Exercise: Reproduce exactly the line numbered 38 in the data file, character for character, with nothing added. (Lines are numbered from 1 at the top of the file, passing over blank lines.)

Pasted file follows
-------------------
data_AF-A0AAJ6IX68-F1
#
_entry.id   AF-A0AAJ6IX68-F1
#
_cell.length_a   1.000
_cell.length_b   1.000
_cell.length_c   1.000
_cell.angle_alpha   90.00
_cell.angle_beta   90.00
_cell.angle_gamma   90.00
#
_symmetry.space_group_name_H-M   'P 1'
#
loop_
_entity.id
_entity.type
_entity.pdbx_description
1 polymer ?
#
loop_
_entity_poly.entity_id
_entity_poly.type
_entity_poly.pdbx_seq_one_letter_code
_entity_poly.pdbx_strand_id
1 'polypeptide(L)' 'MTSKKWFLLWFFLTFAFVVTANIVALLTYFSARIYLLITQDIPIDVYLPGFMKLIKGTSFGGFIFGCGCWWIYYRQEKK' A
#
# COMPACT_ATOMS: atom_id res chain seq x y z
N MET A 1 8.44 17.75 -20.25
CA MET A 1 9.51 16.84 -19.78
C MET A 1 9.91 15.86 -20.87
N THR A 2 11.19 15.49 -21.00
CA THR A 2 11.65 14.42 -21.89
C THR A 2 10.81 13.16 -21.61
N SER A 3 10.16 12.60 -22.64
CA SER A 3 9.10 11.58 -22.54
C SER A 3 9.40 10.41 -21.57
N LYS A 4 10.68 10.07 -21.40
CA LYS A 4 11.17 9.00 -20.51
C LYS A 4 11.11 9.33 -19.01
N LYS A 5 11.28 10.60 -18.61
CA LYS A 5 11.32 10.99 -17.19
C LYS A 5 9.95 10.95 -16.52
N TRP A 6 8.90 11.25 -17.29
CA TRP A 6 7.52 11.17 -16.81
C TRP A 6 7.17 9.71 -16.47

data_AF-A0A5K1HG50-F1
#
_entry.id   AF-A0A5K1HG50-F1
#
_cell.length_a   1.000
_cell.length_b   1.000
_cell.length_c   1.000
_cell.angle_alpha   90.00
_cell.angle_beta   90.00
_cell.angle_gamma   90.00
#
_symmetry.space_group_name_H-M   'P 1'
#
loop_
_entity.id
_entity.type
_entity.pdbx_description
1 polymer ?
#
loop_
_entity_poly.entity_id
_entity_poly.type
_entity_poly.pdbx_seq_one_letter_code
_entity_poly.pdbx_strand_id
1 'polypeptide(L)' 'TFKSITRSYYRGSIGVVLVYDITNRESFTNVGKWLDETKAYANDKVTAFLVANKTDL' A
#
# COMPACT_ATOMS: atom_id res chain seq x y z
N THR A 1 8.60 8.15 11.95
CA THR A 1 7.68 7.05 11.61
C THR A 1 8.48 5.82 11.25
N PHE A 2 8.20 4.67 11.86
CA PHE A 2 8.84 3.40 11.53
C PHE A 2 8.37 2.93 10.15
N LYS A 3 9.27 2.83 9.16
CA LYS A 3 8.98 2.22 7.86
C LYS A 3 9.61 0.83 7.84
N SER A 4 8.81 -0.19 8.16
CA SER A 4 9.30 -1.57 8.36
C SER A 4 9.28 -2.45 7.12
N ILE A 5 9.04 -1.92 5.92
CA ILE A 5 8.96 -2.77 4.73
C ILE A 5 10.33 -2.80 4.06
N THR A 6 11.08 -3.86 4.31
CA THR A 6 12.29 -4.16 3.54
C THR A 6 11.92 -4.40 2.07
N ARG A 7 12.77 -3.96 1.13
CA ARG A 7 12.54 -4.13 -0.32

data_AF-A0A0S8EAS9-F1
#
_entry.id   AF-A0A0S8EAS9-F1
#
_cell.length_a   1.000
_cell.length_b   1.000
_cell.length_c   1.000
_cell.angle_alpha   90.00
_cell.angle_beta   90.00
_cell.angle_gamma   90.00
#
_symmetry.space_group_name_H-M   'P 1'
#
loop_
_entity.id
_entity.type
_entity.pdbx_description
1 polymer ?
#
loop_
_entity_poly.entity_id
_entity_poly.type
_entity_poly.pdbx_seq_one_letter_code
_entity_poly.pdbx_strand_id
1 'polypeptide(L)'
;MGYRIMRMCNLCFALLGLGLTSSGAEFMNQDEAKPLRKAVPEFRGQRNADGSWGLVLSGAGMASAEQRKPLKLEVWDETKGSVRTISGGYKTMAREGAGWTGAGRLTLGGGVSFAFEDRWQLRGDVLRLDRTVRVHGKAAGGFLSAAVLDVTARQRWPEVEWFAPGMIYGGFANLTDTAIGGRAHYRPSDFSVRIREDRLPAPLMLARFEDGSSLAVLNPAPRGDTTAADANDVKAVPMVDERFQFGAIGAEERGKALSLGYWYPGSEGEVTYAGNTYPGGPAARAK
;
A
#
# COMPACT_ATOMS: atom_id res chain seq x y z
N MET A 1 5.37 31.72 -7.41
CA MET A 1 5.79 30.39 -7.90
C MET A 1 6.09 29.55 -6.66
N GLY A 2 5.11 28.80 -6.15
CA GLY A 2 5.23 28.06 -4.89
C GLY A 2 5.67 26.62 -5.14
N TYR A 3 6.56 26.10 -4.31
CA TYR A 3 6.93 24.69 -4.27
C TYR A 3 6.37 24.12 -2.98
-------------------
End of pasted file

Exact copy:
CA LYS A 4 11.17 9.00 -20.51